Category Archives: Acceptance Testing

Develop Architectural Needs through Abuse User Stories

On many occasions I am asked the question “How do we incorporate architecture needs into Scrum?”. A few years ago when I first started tackling this question on projects my answer was just put them on the Product Backlog. Over time I found this approach had issues in certain circumstances. Here are a few examples:

  • Product Owner would not prioritize architecture focused Product Backlog items
  • Value was difficult to communicate without heavy documentation for Product Owner or one of their trusted advisors in architecture
  • Product Owner did not understand results of architecture implementation
  • Some architecture focused Product Backlog items were too large to fit into a Sprint
  • Many architecture focused Product Backlog items showed up right before they were “needed” and therefore decreased predictability of releases

At Agile 2006 I was at a talk given by Mike Cohn on User Stories. A question came from the audience regarding security concerns in User Stories and Mike had an interesting response. He brought up the notion of an abuser perspective User Story. I do not remember his exact example but it had to do with a Hacker trying to take down your web site. Almost immediately this was a revelation to me. My familiarity with Bill Wake’s INVEST in Stories article enabled me to link the INVEST model, architecture needs, and abuser perspective User Stories. Here is an example:

As a Malicious Hacker I want to ciphon credit card information so that I can use it for fraudulant purchases

This user story has added the user role of Malicious Hacker and their criminal intentions for our system. If I were on a project that had features which revolved around credit card information I may not have enough time to delivery user interface functionality along with implementing a third-party software solution or configuring our systems to handle these situations effectively. This User Story would allow our team to focus on implementing architectural elements stopping a Malicious Hacker from ciphoning credit card information out of our systems. Also, this User Story meets the INVEST model in the following ways:

  • Independent – a team could implement, in any order, this story or any other story involving user interface functionality with credit card information
  • Negotiable – the Product Owner could negotiate with the team on the best approach to take based on business and technical suggestions
  • Valuable – a Product Owner can see this as valuable since it would be highly costly to allow a Malicious Hacker access to sensitive data such as credit card information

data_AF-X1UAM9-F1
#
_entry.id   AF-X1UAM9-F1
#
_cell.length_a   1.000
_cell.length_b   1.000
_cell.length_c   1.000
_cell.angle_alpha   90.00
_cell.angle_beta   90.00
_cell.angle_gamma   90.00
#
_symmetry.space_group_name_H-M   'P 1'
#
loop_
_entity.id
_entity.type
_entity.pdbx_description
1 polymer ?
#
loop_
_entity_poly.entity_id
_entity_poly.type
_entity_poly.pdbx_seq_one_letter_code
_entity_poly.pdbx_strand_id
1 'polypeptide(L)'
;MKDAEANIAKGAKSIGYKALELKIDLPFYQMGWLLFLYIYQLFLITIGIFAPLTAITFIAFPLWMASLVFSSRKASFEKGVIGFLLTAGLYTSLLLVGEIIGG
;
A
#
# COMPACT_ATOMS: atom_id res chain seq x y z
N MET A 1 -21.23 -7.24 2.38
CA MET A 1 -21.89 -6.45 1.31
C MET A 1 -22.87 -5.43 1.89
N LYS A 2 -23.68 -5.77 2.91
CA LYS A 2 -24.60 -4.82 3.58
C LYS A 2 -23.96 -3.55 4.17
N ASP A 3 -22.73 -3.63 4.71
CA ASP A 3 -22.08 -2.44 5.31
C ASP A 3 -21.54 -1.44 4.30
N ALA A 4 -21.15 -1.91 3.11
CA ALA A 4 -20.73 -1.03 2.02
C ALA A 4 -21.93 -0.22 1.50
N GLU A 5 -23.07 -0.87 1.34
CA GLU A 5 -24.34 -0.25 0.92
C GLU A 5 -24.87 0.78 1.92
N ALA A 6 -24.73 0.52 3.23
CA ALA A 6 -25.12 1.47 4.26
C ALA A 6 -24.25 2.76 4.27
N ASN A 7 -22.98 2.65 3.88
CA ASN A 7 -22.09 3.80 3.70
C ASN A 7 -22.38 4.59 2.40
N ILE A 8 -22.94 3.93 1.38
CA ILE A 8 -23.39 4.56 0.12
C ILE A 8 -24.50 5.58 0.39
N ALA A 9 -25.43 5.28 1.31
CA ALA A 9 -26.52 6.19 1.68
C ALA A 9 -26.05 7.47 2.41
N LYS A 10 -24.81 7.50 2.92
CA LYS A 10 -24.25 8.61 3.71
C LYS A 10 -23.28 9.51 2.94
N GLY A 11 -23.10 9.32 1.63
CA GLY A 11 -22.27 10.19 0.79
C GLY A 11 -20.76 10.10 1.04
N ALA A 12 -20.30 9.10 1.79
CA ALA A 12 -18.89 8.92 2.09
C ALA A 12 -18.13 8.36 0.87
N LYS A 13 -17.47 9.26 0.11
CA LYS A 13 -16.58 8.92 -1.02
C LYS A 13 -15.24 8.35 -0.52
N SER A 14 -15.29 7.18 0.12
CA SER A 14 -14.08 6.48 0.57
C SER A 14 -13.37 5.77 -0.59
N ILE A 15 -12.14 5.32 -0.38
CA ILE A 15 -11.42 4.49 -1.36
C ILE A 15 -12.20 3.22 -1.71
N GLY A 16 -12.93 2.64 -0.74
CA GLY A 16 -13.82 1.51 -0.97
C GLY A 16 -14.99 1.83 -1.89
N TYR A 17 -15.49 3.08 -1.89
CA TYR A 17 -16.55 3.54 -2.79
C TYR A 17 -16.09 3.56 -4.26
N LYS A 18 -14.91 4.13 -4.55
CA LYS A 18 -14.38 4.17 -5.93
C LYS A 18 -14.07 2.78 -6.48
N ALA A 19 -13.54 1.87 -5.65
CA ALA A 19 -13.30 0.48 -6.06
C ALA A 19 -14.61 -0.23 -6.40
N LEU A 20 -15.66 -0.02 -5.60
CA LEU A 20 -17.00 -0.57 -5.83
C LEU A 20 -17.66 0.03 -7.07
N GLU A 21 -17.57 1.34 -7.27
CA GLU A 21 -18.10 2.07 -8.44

• Estimatable – based on the negotiation between the team and Product Owner, a solution could be estimated by the team focused on specific acceptance criteria
  • Small – the solution would only involve security of the credit card information rather than a generic security solution
  • Testable – multiple security cracking techniques could be attempted and foiled by the implementation of this user story

This User Story can now be prioritized by the Product Owner. Once it is high enough in priority we can take the User Story card and have a conversation about it and drive out the essential confirmation or acceptance criteria for this User Story as described by Ron Jeffries.

In conclusion, think about how you can use the abuser perspective to help describe User Stories that meet the INVEST model for architectural needs. Helping the Product Owner understand why architectural elements are valuable through a narrative approach such as User Stories will enhance trust between the team and Product Owner. I have also found that the process of deriving User Stories in this manner helps the team solidify their technical suggestions into smaller components which are more easily managed in an iterative and incremental approach such as in Scrum and Extreme Programming.

For reference, creating user roles from an abuser perspective was added to Mike Cohn’s SD West 2007 presentation on User Stories.

Managing Unit and Acceptance Tests Effectively

In my experience, the use of Test-Driven Development (TDD) and automated acceptance testing on software projects makes for a powerful tool for flexible code and architectural management. When coaching teams on the use of TDD and acceptance testing there are some foundational test management techniques which I believe are essential for successful adoption. As a project progresses the amount of unit and acceptance tests grow tremendously and this can cause teams to become less effective with their test first strategy. A couple of these test management techniques are categorizing types of unit tests for running on different intervals and environments and structuring acceptance tests for isolation, iterative, and regression usage.